export goods in which they have a comparative advantage. Typically, less developed nations with poor education,
reliance on traditional agriculture, and lack of modern technology are restricted to the export of agricultural products,
minerals, and low-end manufactured goods that require labor-intensive methods of production. Critics say that for such
countries poverty is their comparative advantage and that exporting based on comparative advantage does not lead to
improvement in living standards and, in fact, causes a growing gap relative to the developed world and prevents them
from getting developed.

For one, the demand for the sort of goods that poorer countries is rather limited in the developed world (e.g. food
products) and even if they try to export more, it leads to falling prices and therefore lower incomes. Secondly, the low-
wage type of manufacturing activity does not result in improvement in technology or knowledge and it only benefits the
consumers in the richer countries. The World Bank and others have stated that dependence on low-priced exports only
gives rise to low-wage jobs that do not help in raising living standards.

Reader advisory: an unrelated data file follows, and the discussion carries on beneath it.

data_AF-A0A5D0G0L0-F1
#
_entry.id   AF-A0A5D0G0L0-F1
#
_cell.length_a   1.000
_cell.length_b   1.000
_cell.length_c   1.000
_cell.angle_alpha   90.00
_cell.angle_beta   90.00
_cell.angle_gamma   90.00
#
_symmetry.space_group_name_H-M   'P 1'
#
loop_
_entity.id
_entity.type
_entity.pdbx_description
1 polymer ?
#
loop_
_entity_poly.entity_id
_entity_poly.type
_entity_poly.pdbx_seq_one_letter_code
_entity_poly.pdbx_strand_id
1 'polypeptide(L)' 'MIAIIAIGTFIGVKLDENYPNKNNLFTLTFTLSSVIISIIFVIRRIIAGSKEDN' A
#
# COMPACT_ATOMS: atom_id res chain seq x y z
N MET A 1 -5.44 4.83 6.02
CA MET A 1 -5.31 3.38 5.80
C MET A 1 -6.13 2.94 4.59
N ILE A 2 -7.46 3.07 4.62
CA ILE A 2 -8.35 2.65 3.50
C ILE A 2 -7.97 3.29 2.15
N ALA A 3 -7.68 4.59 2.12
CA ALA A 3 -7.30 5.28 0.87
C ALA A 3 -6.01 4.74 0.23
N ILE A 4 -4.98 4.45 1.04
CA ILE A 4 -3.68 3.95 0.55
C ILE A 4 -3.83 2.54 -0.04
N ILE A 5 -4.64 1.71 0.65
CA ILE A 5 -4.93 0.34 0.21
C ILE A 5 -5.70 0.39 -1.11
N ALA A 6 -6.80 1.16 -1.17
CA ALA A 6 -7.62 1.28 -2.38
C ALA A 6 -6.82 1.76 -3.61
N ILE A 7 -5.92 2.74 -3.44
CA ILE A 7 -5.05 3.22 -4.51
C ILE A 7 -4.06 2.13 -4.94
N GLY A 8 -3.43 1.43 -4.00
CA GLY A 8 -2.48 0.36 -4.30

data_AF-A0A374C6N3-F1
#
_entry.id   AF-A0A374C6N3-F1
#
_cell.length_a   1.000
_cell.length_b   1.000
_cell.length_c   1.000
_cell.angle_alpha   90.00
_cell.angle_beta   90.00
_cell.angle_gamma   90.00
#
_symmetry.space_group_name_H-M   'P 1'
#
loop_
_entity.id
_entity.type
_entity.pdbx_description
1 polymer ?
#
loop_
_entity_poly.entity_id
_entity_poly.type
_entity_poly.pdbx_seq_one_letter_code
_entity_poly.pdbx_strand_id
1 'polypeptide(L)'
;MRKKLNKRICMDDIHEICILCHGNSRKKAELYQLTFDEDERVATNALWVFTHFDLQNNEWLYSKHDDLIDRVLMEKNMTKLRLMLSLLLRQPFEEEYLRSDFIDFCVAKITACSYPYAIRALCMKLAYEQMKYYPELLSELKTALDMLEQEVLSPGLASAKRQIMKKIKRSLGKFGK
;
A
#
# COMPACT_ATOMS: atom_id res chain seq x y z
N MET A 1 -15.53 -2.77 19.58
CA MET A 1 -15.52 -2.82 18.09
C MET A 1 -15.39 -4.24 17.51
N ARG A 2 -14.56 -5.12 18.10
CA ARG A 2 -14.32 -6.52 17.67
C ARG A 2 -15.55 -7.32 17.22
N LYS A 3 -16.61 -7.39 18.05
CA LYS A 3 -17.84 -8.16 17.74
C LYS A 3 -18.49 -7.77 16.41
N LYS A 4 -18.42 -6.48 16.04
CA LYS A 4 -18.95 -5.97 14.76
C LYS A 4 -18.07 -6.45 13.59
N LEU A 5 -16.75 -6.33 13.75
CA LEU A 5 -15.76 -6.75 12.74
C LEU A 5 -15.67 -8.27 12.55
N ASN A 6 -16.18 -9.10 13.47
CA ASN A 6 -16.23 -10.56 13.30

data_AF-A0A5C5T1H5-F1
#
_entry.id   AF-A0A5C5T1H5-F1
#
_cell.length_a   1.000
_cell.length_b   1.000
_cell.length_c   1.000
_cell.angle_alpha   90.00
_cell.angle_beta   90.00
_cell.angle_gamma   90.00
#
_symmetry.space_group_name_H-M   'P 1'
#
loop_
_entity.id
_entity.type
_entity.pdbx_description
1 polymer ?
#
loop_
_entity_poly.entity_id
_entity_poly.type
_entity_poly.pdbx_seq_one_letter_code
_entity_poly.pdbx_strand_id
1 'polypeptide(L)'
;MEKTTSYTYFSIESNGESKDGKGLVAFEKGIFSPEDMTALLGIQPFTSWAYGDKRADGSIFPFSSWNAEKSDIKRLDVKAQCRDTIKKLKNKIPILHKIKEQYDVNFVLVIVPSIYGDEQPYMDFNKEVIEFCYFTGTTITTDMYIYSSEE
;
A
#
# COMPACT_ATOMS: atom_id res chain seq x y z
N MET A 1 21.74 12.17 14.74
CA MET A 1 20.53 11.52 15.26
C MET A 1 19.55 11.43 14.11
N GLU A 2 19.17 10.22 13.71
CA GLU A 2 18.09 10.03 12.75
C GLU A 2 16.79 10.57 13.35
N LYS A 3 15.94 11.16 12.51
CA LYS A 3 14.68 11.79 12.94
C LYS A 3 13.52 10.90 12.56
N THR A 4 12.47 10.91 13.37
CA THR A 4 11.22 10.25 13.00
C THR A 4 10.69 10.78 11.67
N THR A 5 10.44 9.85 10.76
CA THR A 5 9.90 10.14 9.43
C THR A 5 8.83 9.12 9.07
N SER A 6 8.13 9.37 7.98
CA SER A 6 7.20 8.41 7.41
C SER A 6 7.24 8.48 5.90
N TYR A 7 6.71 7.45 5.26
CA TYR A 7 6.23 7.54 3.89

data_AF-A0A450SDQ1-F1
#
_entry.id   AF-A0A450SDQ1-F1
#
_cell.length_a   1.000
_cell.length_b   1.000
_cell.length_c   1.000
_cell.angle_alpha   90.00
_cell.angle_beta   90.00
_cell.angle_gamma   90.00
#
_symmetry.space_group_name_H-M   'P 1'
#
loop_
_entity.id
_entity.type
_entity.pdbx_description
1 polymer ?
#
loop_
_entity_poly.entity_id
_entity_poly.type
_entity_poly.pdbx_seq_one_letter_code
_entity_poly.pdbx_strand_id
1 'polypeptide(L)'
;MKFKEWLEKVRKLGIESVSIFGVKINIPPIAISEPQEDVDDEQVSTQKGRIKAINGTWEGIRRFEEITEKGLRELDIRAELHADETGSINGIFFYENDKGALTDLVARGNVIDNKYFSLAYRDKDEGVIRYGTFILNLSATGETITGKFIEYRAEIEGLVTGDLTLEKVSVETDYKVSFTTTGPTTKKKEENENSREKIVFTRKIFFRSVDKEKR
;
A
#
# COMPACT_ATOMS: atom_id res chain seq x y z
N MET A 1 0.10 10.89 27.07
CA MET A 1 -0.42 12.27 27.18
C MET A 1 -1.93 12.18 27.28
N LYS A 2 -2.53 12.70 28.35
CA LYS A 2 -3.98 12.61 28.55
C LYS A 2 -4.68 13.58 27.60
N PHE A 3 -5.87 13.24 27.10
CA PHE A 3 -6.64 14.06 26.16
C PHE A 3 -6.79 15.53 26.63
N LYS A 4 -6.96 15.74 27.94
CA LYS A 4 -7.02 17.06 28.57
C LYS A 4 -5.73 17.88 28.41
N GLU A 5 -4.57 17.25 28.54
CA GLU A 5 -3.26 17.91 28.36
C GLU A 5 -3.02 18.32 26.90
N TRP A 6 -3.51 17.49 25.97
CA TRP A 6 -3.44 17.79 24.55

With these issues in mind, critics have strongly rejected free trade based on comparative advantage. As mentioned by the
World Bank, countries must try to forge new areas of comparative advantage by focusing on education and knowledge-
intensive industries like IT. Clearly the intrinsic comparative advantage that the countries possess is considered
detrimental. It is because of this that developing countries are encouraged to establish industrial zones by investment

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in advanced technology and manufacture of high value-added goods. The sort of goods that should be produced must
be those that have a demand that rises as people’s incomes rise; this way the producers do not face the sort of problems
faced by exporters of primary goods.

It is clear that the way comparative advantage is defined has changed. Whereas it used to be that comparative advantage
was considered ‘God-given’ but new thinking is that it can be created. Furthermore, not all trade patterns can be
explained by this old theory and alternative theories and policies must also be considered.

References

Blytt, Erik (2002): Can Poverty be a Comparative Advantage? A study of export strategies based on low labour costs: The
case of Zimbabwe, Thesis submitted in partial fulfillment

of the Cand. Polit. degree in Human Geography, Department of Sociology and Human Geography, University of Oslo.

This clearly implies that if two countries have identical resource bases, none will have a comparative advantage in any
good and therefore there would be no justification for trade between them.